Children and Probiotics

Children and Probiotics

When do Children and Probiotics Meet?

Probiotics are live microorganisms which, when ingested in adequate amounts, have a beneficial effect on the consumer’s health. Interest in probiotics is increasing as their role in health is better understood.

Infants are born with sterile digestive systems, but the intestines quickly become colonized with bacteria. Gestational age, method of delivery, and early diet have profound effects on the composition of the intestinal flora. According to the American Academy of Pediatrics, a suboptimal bacterial colonization of the intestines may be a factor in chronic medical conditions, such as atopic diseases (asthma, eczema) and autoimmune diseases (multiple sclerosis, type I diabetes). The early colonization in infants may be a determining factor in a child’s long-term, overall health.

Children and Probiotics

Lactobacillus, bifidobacterium, and streptococcus strains are the most common probiotics used in children. They can multiply and overwhelm disease-causing organisms, and are thought to produce metabolic byproducts that support the functions of the immune system. Some powdered infant formulas include the organisms Bifidobacterium lactis and Lactobacillus rhamnosus GG. They have not been found to be harmful, but there is no evidence of positive effects. Their use is not routinely recommended. There are no studies comparing health effects of probiotics with breastfeeding.

Probiotics should not be given to children who are seriously or chronically ill until their safety is established. An optimal duration of probiotic supplementation, optimal dosages, or species, are not known.

Benefits of Probiotics for Children

Indications for the use of probiotics in children include the following:

Children and Probiotics: Acute infectious diarrhea

The use of probiotics may reduce the duration of symptoms by one day in children with diarrhea from acute gastroenteritis caused by a virus, if the treatment starts when symptoms start. LGG is the most effective probiotic reported for this purpose. Routine administration of probiotics to prevent infectious diarrhea in children is not recommended and is not supported by evidence. There is a new vaccine for rotavirus immunization. It is more effective than the use of probiotics for preventing infectious diarrhea in infants.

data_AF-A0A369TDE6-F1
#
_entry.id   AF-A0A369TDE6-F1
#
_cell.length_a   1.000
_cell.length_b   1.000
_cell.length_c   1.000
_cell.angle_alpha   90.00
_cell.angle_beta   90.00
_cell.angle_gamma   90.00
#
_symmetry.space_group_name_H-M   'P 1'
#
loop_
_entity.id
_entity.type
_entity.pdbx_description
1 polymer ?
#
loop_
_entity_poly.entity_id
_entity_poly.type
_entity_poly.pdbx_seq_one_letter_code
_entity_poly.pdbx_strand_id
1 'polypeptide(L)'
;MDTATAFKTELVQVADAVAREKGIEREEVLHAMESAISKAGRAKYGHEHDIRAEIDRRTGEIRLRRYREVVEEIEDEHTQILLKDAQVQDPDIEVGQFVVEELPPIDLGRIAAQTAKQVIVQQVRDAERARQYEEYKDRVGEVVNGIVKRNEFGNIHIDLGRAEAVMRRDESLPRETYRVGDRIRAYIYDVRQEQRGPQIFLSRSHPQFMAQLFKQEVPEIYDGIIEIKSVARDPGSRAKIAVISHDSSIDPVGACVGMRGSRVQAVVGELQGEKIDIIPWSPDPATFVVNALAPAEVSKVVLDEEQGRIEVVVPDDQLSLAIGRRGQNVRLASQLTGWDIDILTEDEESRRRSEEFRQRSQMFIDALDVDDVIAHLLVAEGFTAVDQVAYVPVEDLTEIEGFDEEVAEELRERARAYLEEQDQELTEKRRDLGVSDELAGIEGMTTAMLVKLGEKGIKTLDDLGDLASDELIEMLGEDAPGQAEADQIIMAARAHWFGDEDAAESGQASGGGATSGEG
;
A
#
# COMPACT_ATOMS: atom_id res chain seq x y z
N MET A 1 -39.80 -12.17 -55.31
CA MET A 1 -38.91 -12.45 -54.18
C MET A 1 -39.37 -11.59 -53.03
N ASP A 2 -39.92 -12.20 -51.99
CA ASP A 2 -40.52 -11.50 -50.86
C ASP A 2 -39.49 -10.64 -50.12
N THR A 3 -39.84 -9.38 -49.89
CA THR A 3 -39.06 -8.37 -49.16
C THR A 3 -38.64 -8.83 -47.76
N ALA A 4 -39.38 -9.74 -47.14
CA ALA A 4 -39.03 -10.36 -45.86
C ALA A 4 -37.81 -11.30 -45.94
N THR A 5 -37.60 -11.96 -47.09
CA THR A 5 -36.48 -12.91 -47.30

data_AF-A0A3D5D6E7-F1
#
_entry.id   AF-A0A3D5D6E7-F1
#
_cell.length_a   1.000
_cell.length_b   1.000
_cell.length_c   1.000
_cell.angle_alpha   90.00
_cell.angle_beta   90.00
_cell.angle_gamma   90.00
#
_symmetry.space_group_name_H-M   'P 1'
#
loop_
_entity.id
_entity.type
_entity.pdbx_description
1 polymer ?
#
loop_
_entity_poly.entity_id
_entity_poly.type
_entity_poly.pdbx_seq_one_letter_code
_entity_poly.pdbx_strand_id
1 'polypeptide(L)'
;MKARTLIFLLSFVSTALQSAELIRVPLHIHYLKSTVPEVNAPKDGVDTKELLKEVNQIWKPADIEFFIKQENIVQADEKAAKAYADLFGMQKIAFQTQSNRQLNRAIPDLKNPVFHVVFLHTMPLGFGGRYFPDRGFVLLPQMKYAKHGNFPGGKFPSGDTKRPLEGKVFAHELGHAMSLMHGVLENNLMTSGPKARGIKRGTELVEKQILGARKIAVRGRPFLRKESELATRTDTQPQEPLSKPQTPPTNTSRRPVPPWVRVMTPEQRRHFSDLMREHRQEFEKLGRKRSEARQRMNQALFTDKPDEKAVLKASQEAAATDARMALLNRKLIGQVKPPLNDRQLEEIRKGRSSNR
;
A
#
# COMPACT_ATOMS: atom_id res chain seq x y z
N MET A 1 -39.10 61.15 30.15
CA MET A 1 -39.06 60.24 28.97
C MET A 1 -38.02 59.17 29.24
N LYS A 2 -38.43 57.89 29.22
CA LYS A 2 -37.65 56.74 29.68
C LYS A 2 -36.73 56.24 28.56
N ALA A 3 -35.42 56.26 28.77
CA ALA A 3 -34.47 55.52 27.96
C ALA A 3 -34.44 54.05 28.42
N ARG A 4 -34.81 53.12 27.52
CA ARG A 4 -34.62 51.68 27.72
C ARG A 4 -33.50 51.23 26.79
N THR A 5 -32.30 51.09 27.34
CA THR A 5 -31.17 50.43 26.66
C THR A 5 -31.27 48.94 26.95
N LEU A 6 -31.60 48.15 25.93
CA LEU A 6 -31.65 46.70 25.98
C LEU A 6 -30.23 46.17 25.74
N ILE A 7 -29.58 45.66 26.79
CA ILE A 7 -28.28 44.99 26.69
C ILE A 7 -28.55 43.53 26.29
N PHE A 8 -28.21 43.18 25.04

Children and Probiotics: Antibiotic-associated diarrhea

There is some evidence that the use of probiotics can prevent antibiotic-associated diarrhea, but there is no evidence that it is effective for treatment.

Children and Probiotics: Atopic diseases

There is some evidence supporting the maternal use of probiotics during pregnancy, and the continuation of therapy in the mother while breastfeeding, to reduce the occurrence and severity of allergic-type conditions in children. Probiotic use for the treatment of eczema has not been proven effective.

Children and Probiotics: Necrotizing enterocolitis (NEC)

Preterm infants often have abnormal colonization of the intestine, possibly because of restricted feedings via the gastrointestinal tract and treatment with antibiotics. The combination of these factors increase risk of necrotizing enterocolitis in preterm infants. There is some evidence to support the use of probiotics in very-low-birth-weight infants for prevention of NEC, however, the amount and specific type of probiotic has not been determined.

Children and Probiotics: Chronic inflammatory bowel disease

Up to 70 percent of children with chronic inflammatory bowel disease are routinely given probiotics as complementary medicine or replacement therapy, instead of prescribed medications for management of Crohn’s disease or ulcerative colitis. The long-term benefit of probiotics for management of chronic inflammatory bowel disease in children is uncertain; it is not recommended.

Children and Probiotics: Other conditions

More research is needed to determine the effects of probiotics on irritable bowel syndrome, constipation, colic, gastritis, and a variety of conditions in children.

If you’re looking for a basic background explanation about probiotics, you’re invited to read this article: What are Probiotics?

Children and Probiotics: References

  1. Armstrong C. Practice Guidelines: AAP Reports on Use of Probiotics and Prebiotics in Children. Am Fam Physician. 2011 April 1;83(7):849-852
  2. Kligler B, Probiotics in children, Pediatr Clin North Am 01-Dec-2007; 54(6):949-67
  3. Charrois, TL et al, Probiotics. Pediatr. Rev. 2006; 27;137-139

Avi TrevesChildren and Probiotics